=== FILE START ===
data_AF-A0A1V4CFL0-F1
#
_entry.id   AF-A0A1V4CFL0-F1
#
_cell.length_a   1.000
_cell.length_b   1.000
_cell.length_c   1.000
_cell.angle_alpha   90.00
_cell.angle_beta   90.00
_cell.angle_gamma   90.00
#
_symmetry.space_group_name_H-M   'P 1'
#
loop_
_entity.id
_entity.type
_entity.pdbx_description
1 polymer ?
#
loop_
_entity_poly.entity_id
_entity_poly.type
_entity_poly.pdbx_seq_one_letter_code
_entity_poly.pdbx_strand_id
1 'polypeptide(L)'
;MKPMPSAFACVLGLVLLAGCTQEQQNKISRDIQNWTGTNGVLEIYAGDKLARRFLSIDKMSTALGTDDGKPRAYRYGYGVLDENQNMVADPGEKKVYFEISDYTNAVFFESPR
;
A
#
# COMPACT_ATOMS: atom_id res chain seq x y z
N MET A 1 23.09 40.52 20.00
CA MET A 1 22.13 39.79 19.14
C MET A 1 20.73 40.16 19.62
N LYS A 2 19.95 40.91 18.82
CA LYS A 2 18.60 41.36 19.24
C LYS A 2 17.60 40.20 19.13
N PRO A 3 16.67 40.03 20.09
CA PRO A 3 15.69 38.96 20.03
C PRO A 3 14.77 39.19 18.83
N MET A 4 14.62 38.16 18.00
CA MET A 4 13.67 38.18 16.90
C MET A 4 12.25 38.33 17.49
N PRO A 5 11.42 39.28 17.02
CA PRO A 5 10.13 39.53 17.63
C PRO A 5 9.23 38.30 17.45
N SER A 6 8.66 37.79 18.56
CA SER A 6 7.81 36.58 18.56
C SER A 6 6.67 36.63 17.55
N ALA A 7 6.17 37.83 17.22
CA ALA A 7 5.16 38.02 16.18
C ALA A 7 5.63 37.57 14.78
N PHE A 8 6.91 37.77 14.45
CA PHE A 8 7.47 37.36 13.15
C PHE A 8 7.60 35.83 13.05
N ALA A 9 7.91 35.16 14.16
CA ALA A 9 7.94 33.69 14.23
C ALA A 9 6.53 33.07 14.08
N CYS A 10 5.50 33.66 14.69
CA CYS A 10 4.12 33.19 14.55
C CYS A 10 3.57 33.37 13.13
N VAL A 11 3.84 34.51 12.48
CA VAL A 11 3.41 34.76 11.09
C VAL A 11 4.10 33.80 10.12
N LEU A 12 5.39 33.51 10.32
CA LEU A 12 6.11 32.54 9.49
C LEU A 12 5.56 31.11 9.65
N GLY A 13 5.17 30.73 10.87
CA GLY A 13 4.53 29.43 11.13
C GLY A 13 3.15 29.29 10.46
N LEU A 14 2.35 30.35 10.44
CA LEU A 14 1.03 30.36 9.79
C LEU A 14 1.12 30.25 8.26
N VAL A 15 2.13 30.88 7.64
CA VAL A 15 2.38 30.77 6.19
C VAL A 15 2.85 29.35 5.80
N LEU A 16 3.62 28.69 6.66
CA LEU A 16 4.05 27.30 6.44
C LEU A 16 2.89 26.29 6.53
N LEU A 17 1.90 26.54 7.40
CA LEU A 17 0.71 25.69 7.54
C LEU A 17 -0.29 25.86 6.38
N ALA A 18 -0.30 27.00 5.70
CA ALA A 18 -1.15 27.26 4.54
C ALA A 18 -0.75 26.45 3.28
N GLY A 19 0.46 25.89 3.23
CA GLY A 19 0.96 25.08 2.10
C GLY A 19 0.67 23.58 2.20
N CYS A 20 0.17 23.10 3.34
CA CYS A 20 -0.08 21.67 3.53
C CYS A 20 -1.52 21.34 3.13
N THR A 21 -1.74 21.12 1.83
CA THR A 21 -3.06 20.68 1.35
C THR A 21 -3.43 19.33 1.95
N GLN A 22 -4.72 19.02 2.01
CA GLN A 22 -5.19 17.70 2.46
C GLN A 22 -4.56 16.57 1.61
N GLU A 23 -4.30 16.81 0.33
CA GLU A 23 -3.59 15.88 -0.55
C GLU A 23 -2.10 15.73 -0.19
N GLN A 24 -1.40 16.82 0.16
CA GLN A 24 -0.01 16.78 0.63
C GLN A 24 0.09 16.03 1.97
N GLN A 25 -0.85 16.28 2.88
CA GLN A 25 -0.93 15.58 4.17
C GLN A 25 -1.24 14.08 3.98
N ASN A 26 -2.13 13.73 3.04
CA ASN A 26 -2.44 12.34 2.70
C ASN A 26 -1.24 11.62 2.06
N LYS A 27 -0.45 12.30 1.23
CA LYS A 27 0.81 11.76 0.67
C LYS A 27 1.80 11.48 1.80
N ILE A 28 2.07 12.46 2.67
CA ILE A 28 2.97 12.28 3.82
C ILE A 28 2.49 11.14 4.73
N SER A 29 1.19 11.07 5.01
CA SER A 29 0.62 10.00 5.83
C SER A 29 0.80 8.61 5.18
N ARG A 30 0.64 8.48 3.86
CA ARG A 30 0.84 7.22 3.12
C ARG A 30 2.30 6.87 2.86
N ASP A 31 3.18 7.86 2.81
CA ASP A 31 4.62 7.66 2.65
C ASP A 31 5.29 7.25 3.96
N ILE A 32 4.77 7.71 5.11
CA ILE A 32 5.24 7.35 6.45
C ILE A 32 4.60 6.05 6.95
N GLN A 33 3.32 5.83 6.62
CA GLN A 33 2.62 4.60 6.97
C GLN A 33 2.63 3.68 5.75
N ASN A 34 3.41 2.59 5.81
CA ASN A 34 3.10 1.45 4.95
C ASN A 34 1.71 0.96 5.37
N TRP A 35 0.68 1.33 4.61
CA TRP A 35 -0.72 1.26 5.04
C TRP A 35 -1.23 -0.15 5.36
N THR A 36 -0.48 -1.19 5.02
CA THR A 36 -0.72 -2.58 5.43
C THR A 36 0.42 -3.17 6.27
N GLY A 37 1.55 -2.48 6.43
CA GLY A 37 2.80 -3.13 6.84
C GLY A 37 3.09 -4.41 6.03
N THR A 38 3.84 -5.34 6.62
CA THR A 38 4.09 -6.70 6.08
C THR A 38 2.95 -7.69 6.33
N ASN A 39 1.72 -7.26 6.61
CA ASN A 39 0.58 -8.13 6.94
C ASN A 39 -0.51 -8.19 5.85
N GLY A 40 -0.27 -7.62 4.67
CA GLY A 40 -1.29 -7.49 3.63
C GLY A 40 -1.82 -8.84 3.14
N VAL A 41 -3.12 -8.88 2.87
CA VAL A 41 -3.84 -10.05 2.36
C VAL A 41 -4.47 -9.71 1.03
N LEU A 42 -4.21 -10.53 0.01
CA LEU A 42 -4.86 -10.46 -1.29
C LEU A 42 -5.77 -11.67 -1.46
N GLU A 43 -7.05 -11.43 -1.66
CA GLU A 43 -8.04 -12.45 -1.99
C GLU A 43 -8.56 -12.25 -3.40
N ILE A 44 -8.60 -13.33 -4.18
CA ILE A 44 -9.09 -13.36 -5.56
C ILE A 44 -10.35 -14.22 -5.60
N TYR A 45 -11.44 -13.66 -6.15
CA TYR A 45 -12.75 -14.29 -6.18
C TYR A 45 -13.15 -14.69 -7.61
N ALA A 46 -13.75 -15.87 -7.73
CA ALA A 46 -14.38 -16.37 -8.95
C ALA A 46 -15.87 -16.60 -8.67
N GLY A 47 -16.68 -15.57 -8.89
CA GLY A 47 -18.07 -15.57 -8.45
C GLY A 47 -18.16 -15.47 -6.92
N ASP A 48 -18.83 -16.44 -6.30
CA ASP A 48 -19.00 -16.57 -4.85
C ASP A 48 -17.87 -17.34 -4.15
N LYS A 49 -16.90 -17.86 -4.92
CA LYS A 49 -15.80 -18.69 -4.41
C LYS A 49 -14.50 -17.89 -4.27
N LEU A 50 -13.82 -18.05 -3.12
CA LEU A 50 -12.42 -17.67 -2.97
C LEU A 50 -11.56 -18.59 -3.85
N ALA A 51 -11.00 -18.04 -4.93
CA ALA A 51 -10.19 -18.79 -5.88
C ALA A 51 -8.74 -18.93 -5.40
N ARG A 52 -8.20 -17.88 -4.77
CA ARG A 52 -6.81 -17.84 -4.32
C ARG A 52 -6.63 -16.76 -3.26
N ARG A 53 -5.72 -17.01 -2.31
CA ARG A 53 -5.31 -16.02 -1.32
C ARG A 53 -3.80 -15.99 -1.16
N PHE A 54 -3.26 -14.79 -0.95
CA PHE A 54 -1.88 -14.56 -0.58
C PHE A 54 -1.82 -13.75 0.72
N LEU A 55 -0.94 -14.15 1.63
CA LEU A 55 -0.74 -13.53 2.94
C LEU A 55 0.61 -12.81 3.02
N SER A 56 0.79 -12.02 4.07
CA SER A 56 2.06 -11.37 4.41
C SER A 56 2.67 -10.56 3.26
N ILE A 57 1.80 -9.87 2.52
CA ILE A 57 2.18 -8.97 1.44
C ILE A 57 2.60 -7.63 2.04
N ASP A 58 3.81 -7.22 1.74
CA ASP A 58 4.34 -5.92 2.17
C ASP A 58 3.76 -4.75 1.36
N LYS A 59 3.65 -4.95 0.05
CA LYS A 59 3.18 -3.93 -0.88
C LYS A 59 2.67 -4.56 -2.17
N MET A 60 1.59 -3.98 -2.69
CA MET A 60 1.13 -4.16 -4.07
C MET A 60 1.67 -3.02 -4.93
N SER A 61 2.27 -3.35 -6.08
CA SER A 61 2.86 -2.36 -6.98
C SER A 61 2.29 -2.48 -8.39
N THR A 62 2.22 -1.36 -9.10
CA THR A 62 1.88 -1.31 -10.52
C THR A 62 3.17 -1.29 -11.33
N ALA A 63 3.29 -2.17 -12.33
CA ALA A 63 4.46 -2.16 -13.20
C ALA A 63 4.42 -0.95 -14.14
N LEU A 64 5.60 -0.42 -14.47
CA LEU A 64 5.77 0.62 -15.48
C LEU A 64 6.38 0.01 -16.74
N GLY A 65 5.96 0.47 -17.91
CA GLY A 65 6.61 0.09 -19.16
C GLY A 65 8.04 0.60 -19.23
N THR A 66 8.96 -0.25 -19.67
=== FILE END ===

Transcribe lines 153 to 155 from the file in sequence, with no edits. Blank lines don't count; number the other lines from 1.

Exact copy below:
C VAL A 41 -4.47 -9.71 1.03
N LEU A 42 -4.21 -10.53 0.01
CA LEU A 42 -4.86 -10.46 -1.29